What you need to know:
- In their groups this should be a pertinent question for discussion. And this should not only be limited to maize production. We should be asking what the best farmers do to come up with high yields.
The maize harvesting season is here and the general observation across the country is that we have had a bountiful harvest. It would be a good idea for everyone to seek to find out what could have led to the good harvest. What did the most successful farmer in the area do to achieve high yields?
In their groups this should be a pertinent question for discussion. And this should not only be limited to maize production. We should be asking what the best farmers do to come up with high yields.
There are a number of factors that are necessary for successful farming, including, rain or irrigation, fertilizer application, timely weeding, pest control, and of course, quality seed. Only about 2.9 percent of farming households in Uganda use irrigation according to Uganda Bureau of Statistics (UBOS). On the whole our agriculture is rain-fed. We are lucky that we don’t have long droughts every year but with the onset of climate change it is increasingly becoming difficult to be sure when to plant crops. We are also seeing new pests and crop diseases. The population is increasing rapidly and there is need for increased food production. The land size is not increasing and there is greater scrambling for it.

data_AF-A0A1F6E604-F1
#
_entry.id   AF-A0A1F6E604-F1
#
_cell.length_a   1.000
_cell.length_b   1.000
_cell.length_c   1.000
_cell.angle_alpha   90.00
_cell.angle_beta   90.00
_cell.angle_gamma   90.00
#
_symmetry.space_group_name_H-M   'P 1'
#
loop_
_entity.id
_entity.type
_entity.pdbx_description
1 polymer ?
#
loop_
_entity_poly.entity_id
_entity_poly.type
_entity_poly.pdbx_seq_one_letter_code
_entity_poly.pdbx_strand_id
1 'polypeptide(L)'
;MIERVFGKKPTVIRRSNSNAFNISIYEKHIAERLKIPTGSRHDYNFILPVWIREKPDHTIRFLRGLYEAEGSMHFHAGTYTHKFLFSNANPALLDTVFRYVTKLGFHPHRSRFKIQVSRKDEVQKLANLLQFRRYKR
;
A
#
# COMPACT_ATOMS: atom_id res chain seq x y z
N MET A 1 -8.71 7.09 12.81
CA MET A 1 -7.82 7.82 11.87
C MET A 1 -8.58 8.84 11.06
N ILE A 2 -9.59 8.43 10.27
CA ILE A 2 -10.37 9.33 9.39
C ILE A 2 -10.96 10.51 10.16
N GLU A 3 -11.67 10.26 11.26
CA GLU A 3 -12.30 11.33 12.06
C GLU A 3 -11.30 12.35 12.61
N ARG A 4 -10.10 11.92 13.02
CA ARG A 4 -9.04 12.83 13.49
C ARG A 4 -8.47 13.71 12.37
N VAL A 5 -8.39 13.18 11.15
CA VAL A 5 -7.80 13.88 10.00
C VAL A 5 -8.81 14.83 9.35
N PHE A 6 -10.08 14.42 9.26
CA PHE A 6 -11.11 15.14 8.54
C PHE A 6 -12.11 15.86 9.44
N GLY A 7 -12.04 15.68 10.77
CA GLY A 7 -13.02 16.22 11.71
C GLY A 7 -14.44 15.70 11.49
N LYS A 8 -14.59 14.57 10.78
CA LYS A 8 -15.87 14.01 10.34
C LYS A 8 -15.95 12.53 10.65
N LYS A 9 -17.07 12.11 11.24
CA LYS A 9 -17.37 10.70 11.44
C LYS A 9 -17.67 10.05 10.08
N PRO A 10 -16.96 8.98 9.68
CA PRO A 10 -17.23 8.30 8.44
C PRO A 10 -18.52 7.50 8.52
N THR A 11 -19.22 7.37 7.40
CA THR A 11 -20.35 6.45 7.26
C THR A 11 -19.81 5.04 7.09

This is the reason most successful farmers are now turning to planting improved seeds developed at agricultural research institutions and universities. Unlike in the past, Uganda now has professional plant breeders to prepare crop varieties that are high yielding, resistant to diseases, insect pests, parasitic weeds, and tolerant to drought. Some research institutions even work with farmers groups to prepare the improved seed varieties.
Farmers’ shops and seed companies are stocking quality seeds for farmers to use and every farmer aspiring to get good results should pay more attention to the type of seeds to plant every season. It is no longer profitable to plant seeds saved by farmers from their harvests because results have shown that the yields tend to be low.
Plant breeders offer us different seed varieties and offer more choices. The choices could be about fruit size, fruit taste, yield, or tolerance to drought conditions, resistance to disease or even marketability. We are in an era of technological development which we must take advantage of. Tissue culture, grafting, hybridisation, and others are all technologies we must embrace.
Mr Michael Ssali is a veteran journalist,